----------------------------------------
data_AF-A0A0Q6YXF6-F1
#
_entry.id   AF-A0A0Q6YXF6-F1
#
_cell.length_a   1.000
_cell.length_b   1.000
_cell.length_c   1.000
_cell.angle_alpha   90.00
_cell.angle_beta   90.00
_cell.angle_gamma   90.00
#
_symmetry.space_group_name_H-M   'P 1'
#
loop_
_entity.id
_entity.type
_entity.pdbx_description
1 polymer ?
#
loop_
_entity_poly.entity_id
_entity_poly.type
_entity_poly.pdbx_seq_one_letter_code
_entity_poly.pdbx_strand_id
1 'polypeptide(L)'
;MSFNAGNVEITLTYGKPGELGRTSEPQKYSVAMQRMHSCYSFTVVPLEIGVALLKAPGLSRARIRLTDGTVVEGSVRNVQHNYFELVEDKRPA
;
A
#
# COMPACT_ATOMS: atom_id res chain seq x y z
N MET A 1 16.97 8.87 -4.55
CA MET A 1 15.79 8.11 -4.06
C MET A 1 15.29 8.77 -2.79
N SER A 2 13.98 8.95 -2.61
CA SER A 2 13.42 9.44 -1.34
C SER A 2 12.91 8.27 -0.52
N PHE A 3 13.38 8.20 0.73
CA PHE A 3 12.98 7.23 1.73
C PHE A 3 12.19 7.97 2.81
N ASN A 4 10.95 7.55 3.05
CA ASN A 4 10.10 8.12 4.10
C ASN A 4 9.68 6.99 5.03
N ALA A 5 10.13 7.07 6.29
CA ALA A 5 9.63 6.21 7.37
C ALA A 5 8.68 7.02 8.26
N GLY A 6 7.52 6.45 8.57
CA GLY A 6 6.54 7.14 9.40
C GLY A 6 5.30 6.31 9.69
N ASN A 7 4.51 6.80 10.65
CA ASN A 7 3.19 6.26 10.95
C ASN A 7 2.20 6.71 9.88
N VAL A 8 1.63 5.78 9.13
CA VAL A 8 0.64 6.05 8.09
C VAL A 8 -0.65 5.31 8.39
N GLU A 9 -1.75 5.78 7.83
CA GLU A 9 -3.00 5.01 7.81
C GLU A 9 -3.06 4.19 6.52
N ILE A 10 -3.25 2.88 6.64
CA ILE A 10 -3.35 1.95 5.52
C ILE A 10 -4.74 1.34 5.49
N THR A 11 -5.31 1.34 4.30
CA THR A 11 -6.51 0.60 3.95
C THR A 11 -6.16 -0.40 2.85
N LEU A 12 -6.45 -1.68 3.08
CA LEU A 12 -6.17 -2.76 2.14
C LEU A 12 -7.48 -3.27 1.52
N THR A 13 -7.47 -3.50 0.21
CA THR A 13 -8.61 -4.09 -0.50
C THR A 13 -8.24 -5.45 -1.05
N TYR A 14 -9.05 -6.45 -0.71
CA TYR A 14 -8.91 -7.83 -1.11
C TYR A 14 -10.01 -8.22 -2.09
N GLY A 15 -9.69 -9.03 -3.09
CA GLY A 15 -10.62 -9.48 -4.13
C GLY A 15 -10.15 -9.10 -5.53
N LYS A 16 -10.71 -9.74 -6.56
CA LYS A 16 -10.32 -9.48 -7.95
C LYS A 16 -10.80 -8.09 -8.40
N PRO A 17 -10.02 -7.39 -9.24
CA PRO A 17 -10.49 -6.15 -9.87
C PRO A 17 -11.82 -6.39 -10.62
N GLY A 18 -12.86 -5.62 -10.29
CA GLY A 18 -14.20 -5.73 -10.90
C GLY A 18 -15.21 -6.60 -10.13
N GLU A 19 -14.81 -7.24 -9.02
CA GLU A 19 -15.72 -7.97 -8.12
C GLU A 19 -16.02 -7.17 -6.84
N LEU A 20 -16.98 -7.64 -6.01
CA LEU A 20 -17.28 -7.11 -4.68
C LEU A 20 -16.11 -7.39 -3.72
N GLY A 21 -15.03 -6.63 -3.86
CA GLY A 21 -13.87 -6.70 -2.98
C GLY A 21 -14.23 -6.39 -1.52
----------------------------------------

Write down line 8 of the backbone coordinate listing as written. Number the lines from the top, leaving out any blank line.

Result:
_cell.angle_alpha   90.00